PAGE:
In his pre-concert talk, Richard Gill observed that the three male Australian composers whose music had been programmed probably all used text books written by Dulcie Holland, (1913 – 2000) the doyenne of Australian music. Her beautifully crafted Adam Lay Y-Bounden (1993) is a lush setting, of an anonymous 14th century carol which was exquisitely performed.
Gillian Whitehead (b 1941) was the only New Zealand composer in this otherwise Australian coterie. Performing excerpts from her unaccompanied Missa Brevis (1963) based on complex 16th century polyphony, the ensemble demonstrated its deftness at performing older musical devices infused with a modern perspective.
Closing the bracket of music by contemporary composers were three excerpts from Elena Kats-Chernin’s (b 1957 and not 1941 as printed in the programme) eight piece song cycle, Talk Show (1997). Using text by Hilary Bell, the songs describe the contemporary phenomenon that is the TV talk show. Kats-Chernin excels in many aspects of composition, one of which is expressing the dark side of humanity. The choir was called upon to use their voices percussively with tongue clicks, clapping, heavy breathing, laughs and staccato, illustrating the grotesque call to action as the talk-show begins. The following song, Murder, was accompanied by wood blocks creating an osseous somewhat sepulchral sound, a sombre dialogue in the first and third person, between murderer and victim.
The ensemble’s storytelling of Ravel’s words and music in Trois Chansons (1915) and its companion piece, Debussy’s Trois Chansons de Charles d’Orleans (1908) with choral soloists was enriched with finely nuanced tempi, a spectrum of colours and dynamics and seamless blending and balance. A lightness of style perfectly conveyed the mood of French Impressionism.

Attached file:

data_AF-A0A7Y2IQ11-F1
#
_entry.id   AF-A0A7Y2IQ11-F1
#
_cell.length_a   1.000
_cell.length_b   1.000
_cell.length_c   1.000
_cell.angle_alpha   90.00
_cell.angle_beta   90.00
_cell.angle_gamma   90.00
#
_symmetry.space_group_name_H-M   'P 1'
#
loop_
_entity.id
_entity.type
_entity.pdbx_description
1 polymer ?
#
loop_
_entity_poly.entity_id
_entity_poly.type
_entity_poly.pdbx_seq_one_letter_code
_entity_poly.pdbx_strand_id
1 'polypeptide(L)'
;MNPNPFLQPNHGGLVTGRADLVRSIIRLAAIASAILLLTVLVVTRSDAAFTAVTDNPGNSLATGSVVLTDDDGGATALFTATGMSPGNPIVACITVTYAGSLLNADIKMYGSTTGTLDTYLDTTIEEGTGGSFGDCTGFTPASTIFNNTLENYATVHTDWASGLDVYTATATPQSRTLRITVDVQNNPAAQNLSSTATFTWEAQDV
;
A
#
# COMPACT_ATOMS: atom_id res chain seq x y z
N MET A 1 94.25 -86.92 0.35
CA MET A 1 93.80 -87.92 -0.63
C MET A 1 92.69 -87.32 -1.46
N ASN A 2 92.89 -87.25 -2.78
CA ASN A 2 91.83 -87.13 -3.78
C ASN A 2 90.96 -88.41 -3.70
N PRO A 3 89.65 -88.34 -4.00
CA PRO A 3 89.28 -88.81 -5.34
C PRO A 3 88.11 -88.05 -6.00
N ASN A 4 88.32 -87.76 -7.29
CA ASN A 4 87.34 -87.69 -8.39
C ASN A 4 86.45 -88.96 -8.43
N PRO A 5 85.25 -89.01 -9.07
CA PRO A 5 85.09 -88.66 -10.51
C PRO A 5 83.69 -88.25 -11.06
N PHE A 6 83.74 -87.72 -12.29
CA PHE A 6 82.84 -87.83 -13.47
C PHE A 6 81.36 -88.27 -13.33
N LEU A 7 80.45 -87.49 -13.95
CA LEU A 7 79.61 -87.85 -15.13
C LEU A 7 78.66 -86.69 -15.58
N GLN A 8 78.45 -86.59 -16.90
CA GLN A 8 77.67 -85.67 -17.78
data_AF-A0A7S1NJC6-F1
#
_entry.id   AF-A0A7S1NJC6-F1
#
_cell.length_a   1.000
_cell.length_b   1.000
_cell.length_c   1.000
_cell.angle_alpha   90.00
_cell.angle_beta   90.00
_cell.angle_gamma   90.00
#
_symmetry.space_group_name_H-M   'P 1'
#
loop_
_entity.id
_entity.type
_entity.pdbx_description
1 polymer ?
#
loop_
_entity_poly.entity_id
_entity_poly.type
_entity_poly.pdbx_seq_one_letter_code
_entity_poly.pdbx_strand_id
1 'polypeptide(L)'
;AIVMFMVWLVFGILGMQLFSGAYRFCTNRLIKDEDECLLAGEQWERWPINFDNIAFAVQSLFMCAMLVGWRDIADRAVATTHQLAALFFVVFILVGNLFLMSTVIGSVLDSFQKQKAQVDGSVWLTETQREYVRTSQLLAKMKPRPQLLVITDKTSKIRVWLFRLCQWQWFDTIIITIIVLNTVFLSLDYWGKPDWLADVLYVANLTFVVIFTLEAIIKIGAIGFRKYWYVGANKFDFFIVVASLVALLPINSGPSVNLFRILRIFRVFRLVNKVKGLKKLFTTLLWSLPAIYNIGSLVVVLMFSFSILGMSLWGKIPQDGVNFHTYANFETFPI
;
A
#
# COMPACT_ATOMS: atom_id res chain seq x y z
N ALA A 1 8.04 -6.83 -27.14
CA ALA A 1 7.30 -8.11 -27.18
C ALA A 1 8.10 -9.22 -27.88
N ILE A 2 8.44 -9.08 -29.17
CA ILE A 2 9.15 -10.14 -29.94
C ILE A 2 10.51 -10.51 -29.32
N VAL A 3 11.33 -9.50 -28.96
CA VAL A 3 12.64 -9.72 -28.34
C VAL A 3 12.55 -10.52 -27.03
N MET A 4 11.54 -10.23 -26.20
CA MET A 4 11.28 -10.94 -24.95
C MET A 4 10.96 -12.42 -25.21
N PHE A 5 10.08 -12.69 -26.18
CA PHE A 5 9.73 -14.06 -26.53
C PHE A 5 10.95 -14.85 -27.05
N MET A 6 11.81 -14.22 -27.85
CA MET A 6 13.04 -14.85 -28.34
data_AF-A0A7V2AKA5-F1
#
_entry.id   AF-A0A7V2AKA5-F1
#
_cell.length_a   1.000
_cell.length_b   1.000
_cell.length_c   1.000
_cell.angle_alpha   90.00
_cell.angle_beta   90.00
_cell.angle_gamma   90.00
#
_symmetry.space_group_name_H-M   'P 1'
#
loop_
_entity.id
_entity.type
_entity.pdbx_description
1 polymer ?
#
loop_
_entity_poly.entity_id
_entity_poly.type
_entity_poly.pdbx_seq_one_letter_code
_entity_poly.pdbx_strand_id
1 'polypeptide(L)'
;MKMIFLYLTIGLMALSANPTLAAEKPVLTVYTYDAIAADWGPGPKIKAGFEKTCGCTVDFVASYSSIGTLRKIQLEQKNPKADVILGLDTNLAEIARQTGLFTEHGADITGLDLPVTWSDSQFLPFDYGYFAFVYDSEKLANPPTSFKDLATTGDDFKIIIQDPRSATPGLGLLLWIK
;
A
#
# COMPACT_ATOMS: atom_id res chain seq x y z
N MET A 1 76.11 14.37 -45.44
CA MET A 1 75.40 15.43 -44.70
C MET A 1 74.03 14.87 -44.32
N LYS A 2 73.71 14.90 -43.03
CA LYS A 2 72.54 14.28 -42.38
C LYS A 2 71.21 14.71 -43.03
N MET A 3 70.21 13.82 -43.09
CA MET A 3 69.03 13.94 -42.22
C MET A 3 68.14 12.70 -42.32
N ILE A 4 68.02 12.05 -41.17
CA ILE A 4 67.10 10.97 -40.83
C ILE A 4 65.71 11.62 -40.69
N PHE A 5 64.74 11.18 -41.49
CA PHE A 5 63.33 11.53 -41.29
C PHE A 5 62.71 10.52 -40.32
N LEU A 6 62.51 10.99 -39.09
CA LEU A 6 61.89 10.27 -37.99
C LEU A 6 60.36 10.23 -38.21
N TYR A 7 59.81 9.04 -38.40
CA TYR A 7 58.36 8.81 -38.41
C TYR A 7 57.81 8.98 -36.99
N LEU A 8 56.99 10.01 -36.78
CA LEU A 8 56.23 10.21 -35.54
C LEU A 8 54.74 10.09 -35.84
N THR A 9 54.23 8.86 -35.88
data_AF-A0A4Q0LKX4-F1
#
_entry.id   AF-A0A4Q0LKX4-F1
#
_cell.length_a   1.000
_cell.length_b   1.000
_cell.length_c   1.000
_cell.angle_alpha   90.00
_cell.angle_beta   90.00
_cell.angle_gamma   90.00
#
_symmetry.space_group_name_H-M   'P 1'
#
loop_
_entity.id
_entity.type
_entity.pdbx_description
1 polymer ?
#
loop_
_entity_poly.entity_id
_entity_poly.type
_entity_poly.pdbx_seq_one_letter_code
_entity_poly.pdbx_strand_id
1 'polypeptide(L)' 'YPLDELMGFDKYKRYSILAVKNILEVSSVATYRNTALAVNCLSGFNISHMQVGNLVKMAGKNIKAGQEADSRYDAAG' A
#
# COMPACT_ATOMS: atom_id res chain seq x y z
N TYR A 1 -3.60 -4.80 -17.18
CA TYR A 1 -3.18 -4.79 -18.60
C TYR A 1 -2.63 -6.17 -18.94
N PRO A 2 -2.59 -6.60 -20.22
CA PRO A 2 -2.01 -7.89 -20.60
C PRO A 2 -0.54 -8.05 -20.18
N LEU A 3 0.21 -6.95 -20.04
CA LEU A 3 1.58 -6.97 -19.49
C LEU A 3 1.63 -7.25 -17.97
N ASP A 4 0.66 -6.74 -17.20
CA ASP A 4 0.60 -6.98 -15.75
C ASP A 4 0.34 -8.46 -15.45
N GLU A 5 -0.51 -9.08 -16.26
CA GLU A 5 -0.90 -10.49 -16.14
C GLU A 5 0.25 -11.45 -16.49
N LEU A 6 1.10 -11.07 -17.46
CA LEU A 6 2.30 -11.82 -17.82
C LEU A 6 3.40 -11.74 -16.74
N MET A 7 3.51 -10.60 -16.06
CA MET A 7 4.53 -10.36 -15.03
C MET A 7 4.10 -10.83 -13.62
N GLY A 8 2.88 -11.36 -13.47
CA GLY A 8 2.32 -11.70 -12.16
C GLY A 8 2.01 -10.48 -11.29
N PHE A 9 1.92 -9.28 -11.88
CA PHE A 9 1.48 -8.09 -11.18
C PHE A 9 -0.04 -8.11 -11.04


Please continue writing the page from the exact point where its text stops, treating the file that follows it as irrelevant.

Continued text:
Back in time to the Renaissance and three chansons of des Prez from the 16th century (Mille regretz, Cueurs de solez par toute nation and Plaine de dueil) and three early 17th century madrigals by Gesualdo (Ecco, morirò,dunque!, Moro lasso and ‘Io parto’ e non più dissi). Whereas de Prez’s chansons were sung with impeccable control and fluidity, the lines of polyphony rising and falling as each voice part took up the narrative, Gesualdo’s madrigals focussed on emphasising the shock of the unexpected.
There is a great deal to be said for placing the music first in such a carefully curated concert, dispensing with the interval and acceding to Richard Gill’s gracious requested that applause be withheld until after each bracket of items, ensuring the continuity of theme and thought. Too often in a concert I have dreamt of blocking out raucous (albeit appreciative) applause, wishing that I could instead savour the last sublime sounds as they fade in the air before expressions of appreciation.
Comprehensive programme notes and the full text and translations of all the items made for a very enlightening programme booklet and a greatly enhanced appreciation of the music.
This was an astutely compiled programme which entertained and engaged. Another fine performance from the Sydney Chamber Choir directed by Richard Gill.
Shamistha de Soysa for SoundslikeSydney©